Refresh vs. Form Re-submission
September 16, 2005 10:54 AM   Subscribe

Form re-submission woes! How can I catch page refreshes and prevent form values from being re-submitted?

I've read a lot on the subject and tried varying tactics to counteract the problem. From hidden form variables and plain old user education, no methodology has worked quite as well as I had anticipated upon implementation. However, a lot of sites seem fairly successful in protecting against this problem so there must be something I'm missing (well, more than one something).

What am I missing? Does anyone have any tried-and-true methods that they've used? If so, are their any caveats to your preferred method?

(This is particularly for Perl/PHP with Apache and/or IIS. I'm hoping for one solution that can be modularized for varying projects, but anything is appreciated.)
posted by purephase to Computers & Internet (9 answers total)
...are there any caveats...
posted by purephase at 10:56 AM on September 16, 2005

The best way that sites prevent page refreshes from generating form resubmissions is by never landing the user on the form submission page as their final destination.

In other words: you have a page, page1.php, that displays a form. The user fills out the form and clicks submit, which sends them to page2.php to do the form submission processing. The form gets processed and the data gets munged however you're munging it, and then page2.php sends the user to page3.php (or back to page1.php, or wherever); the user never ends up on page2.php as their final destination.

As a better example, take a look at this very site -- when I click "Post Comment", I don't get sent immediately to this page, but after the site processes my comment, I end up on this page.
posted by delfuego at 11:05 AM on September 16, 2005

Easiest way would be to set a session cookie to one value when a form is displayed, and set it to a different value (or clear it entirely) after the form is submitted. Then your script can check for the existence of the cookie that means "the form was displayed" before processing the submission.

Alternatively, give a unique ID (in a hidden field) to each form you generate and don't accept multiple submisisons from the same form ID. This requires somewhat more work on the back-end because you have to store each processed form ID but should be somewhat more reliable.
posted by kindall at 11:09 AM on September 16, 2005

Well, there's also always AJAX for submission which would unbind the get/post of a form from any submissions. I'd also suggest if at all possible you deal gracefully with submissions that are 100% duplicates. There's usually no reason a comment form should ever accept a perfect dupe of any previous comment, for example. Simply discarding such things w/o comment would deal with 99% of your problems.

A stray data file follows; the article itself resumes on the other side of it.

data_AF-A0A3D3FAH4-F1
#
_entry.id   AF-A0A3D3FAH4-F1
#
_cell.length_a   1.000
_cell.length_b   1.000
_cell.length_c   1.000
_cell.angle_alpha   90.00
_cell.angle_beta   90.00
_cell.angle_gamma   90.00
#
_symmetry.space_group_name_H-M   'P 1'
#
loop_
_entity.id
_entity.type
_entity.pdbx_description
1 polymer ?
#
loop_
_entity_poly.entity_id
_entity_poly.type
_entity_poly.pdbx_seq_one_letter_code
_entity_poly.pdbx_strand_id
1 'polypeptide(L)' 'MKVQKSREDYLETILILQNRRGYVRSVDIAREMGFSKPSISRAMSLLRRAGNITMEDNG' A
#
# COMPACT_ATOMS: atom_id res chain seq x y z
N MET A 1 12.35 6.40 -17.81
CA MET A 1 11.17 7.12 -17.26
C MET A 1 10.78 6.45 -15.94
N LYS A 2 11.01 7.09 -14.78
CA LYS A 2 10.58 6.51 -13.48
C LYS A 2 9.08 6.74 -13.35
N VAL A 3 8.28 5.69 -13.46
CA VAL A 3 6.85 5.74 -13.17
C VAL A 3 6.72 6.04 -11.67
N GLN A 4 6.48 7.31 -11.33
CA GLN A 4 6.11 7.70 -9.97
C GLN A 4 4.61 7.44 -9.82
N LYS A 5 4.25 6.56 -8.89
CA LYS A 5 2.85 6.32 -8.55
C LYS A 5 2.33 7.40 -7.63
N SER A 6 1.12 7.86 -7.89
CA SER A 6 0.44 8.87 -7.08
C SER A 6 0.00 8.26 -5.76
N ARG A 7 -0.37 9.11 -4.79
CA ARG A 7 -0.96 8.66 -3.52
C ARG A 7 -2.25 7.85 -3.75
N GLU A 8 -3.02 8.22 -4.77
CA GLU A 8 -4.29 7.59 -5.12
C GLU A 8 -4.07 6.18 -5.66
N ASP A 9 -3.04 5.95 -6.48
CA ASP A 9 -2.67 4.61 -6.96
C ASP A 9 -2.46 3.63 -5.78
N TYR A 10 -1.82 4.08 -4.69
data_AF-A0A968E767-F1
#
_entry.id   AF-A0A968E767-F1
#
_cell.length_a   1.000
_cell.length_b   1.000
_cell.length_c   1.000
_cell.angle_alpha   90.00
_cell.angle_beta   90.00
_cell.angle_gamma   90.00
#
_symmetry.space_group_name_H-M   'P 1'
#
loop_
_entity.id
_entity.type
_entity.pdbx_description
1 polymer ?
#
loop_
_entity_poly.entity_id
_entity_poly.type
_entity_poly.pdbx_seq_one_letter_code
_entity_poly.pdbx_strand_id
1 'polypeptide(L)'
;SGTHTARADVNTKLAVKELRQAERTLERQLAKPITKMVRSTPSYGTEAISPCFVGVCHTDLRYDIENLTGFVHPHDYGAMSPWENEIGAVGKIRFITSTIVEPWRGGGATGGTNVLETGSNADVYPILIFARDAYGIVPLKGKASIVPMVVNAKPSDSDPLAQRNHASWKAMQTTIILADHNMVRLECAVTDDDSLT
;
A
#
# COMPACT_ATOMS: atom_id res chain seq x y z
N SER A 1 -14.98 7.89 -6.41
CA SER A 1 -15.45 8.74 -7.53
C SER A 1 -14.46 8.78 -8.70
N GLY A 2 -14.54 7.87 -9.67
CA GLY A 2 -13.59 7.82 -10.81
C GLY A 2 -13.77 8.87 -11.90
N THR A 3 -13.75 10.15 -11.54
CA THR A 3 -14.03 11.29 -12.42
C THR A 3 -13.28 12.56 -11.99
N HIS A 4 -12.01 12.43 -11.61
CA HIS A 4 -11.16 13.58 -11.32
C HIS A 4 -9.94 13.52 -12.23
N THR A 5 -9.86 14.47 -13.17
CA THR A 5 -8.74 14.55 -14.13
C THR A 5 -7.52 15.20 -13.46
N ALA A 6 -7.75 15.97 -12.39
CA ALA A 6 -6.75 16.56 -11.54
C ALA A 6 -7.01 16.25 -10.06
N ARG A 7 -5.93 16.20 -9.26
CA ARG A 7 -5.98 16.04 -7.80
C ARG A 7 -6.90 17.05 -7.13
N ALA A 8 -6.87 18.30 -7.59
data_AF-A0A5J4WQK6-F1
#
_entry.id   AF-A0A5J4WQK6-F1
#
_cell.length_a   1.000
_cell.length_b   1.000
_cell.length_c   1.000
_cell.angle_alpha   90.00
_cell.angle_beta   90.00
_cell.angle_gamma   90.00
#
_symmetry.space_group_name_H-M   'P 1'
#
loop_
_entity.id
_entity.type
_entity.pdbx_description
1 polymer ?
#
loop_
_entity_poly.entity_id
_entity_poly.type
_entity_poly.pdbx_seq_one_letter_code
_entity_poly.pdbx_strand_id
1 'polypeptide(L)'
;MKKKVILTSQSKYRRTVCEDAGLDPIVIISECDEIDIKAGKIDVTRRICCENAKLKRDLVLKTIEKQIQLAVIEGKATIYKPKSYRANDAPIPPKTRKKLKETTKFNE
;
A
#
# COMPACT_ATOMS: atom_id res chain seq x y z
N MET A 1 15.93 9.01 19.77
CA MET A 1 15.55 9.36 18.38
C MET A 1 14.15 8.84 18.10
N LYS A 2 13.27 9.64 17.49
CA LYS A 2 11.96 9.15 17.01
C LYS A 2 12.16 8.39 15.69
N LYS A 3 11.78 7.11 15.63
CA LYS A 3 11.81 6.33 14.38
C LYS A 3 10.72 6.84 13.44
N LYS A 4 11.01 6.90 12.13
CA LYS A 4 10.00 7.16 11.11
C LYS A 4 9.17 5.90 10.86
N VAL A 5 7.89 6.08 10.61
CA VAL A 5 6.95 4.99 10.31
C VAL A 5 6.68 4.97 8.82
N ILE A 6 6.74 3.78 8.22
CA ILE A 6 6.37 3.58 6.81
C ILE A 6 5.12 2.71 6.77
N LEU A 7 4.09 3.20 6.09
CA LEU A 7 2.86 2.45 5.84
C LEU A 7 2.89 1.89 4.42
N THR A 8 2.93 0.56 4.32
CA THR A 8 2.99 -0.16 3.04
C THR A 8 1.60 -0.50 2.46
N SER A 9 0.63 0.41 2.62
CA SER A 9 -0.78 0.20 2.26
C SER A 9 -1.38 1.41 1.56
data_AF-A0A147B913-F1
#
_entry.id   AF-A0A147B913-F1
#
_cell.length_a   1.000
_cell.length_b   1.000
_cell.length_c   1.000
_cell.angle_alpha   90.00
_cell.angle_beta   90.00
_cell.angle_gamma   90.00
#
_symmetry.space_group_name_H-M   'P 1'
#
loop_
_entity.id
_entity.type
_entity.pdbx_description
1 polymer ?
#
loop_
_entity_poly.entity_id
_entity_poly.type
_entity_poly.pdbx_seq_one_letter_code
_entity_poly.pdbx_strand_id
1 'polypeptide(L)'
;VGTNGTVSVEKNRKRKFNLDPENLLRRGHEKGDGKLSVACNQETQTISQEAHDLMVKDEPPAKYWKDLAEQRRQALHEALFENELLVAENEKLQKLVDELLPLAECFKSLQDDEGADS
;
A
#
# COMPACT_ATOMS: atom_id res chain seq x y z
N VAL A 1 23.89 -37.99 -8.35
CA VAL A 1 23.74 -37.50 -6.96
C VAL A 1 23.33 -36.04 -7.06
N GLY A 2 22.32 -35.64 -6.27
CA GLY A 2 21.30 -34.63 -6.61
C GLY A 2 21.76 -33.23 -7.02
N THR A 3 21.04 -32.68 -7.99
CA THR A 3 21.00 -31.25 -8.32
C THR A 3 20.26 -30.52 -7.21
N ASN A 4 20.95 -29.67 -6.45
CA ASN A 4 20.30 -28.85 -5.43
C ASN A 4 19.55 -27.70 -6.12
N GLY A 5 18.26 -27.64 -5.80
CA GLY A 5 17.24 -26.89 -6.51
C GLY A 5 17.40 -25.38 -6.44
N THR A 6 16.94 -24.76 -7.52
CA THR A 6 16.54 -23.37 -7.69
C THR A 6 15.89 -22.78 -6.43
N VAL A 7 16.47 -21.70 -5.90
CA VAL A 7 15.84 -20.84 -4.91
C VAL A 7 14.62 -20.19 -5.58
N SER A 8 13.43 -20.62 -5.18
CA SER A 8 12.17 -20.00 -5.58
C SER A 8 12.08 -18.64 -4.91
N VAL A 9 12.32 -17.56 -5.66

posted by phearlez at 11:21 AM on September 16, 2005

I think the unique ID is the best approach, even it if is a little more involved. Otherwise, there are some things you can do:

1) Use some JS to disable the submit button after a click. This way a user can't double click it.

2) Do what delfuego suggests and write a page that does nothing but process the data. After it is done processing, it should redirect to a useful spot. Use the Location header combined with the apropriate Status (302 I think)... don't do a crappy meta refresh tag inside HTML. Java servlets has sendRedirect, Perl's has redirect. I can't find anything for PHP, but you can construct a simple redirect function using a couple header calls.
posted by sbutler at 12:01 PM on September 16, 2005

delfuego's solution is also called Post-Redirect-Get.

A lot of these answers are not really solving purephase's problem. purephase's problem has to do with users refreshing a page and choosing to resubmit the form data when their browser asks them. I suppose disallowing duplicate comments would indirectly solve the problem, but why shouldn't duplicate comments be allowed? I can think of plenty of situations where a user might want to post the same comment twice in the same thread.

The appropriate status code for the redirect is 303 (See Other), not 302 (Found). From the RFC for HTTP/1.1, describing 303 See Other:
This method exists primarily to allow the output of a POST-activated script to redirect the user agent to a selected resource.
posted by bpt at 12:20 PM on September 16, 2005

Another vote here for hidden form field with a unique token. Javascript has issues, and other solutions may present you with a race-condition in terms of what came first, the redirect/response or the second click.

<input type=hidden name=key value=${guid}>

you can even have the ${guid} have a unique constraint in your database to really ensure that the form only gets submitted once. (Or just keep it as session state).
posted by H. Roark at 12:31 PM on September 16, 2005

Good answers above. Unique tokens are the only foolproof way. But post-redirect-get means you will hardly ever need them.

In any event, it's something you have to do in your form-handling code. It's not magic you can turn on at the web server level (I get the feeling from the way you've phrased your question that you're hoping for a built-in solution).
posted by i_am_joe's_spleen at 2:21 PM on September 16, 2005

Are you sure it's not an impatient user clicking on a submit a few times in a row?

A lot of users double click everything, just because that's how they do it.

I know some pretty simple javascript could be written to ignore button presses within x seconds between them, but I don't have it.
posted by easyasy3k at 2:33 PM on September 16, 2005

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